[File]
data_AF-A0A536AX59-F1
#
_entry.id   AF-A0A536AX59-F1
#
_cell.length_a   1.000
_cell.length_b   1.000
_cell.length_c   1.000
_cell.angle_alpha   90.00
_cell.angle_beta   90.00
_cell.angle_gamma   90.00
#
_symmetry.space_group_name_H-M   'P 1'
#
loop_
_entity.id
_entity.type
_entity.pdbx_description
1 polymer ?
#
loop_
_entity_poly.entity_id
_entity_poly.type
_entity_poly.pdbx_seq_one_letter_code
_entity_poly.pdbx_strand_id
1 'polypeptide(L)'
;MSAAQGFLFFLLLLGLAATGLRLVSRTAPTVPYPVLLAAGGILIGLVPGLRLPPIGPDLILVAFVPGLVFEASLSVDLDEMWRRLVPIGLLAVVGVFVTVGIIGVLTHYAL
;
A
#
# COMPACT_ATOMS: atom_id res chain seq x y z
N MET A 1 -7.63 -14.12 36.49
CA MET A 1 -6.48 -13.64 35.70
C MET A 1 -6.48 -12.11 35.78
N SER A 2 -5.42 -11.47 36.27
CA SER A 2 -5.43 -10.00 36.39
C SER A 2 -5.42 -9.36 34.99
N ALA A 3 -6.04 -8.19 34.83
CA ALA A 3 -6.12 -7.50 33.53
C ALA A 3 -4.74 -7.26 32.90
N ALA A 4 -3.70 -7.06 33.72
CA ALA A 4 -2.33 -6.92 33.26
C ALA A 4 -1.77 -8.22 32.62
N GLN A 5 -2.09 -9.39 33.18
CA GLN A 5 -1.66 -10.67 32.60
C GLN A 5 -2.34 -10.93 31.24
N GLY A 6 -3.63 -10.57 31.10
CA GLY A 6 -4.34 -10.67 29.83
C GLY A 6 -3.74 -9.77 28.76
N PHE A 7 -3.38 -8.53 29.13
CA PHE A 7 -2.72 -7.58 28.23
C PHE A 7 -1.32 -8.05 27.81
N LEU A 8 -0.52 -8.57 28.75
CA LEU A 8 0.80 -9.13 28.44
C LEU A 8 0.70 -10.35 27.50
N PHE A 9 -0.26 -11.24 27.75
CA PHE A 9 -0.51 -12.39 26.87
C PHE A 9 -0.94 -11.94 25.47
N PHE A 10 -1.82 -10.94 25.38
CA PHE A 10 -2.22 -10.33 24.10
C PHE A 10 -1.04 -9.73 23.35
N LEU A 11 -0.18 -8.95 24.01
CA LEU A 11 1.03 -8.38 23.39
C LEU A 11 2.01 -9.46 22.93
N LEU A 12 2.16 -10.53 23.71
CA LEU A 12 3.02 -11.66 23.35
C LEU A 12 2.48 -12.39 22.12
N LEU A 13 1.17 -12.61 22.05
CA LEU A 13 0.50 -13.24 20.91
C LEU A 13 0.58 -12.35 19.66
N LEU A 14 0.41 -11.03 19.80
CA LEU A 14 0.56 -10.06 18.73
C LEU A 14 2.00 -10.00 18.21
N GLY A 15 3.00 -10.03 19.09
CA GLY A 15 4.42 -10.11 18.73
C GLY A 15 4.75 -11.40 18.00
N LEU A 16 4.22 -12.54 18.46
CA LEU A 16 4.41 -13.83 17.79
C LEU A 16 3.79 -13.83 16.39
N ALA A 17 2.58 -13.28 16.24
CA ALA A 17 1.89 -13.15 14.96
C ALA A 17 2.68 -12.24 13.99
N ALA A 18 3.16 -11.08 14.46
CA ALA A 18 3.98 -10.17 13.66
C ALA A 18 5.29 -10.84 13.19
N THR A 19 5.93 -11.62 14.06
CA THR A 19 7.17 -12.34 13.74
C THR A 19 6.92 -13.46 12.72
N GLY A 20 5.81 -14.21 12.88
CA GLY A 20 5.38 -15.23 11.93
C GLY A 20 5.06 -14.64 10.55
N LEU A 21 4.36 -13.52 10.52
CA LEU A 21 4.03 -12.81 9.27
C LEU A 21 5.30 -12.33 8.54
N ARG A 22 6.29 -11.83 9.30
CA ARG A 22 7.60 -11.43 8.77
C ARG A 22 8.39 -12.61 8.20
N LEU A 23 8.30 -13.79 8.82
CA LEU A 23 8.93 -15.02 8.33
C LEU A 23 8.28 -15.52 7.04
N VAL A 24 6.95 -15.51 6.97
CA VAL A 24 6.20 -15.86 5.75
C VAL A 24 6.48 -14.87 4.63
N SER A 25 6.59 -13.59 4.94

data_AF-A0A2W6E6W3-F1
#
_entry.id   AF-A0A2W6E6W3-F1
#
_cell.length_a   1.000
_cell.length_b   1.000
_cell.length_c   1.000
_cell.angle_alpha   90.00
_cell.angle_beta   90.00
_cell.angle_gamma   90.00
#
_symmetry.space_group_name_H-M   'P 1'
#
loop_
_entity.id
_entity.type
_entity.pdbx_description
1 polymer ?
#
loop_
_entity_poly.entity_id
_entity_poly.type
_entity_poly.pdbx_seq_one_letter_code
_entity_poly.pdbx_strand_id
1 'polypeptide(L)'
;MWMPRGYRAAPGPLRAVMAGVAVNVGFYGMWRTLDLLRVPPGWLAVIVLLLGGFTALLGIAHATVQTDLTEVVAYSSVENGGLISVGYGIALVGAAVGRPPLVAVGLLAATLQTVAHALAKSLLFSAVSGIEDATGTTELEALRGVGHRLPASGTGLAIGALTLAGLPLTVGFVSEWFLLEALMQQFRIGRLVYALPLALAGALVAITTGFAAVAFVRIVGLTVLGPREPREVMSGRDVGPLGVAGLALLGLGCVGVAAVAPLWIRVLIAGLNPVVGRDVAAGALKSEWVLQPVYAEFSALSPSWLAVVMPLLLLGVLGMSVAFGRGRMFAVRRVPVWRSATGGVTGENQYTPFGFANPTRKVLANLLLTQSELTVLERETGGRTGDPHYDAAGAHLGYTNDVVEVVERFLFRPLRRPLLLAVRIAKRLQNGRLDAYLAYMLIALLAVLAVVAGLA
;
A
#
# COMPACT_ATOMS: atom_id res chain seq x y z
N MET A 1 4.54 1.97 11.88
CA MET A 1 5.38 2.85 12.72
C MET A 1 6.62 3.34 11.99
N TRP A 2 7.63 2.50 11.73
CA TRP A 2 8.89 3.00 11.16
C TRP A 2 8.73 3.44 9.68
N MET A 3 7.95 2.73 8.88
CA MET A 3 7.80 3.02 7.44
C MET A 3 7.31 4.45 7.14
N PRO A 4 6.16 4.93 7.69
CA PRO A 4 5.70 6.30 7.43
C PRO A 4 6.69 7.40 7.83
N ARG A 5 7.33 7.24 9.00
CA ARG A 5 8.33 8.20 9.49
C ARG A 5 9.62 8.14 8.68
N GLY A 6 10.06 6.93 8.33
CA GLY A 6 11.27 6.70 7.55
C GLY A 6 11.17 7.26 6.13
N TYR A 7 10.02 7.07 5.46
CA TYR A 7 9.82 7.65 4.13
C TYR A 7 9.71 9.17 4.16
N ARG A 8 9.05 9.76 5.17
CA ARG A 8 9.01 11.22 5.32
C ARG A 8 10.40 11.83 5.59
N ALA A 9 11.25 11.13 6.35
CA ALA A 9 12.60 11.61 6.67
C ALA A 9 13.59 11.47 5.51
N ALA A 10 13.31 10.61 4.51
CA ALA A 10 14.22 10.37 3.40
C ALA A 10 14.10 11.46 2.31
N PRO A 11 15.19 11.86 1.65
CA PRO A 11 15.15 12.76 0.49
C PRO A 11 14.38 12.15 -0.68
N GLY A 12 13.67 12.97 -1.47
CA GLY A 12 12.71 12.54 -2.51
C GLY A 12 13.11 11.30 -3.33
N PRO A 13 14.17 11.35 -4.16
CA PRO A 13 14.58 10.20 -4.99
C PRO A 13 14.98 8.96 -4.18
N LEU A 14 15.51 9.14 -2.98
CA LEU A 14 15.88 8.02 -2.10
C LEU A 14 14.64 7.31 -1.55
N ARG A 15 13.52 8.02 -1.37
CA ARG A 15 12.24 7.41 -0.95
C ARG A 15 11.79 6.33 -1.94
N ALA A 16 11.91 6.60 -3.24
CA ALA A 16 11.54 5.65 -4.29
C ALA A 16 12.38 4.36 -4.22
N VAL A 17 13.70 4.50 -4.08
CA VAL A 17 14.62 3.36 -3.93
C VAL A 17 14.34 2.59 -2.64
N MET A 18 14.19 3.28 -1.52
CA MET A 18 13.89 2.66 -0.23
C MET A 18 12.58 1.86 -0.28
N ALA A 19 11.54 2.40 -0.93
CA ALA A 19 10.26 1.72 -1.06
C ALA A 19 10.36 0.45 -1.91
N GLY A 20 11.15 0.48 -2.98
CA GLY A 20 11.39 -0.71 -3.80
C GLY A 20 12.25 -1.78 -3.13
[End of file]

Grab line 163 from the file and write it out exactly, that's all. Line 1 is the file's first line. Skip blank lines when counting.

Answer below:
C ALA A 10 14.10 11.46 2.31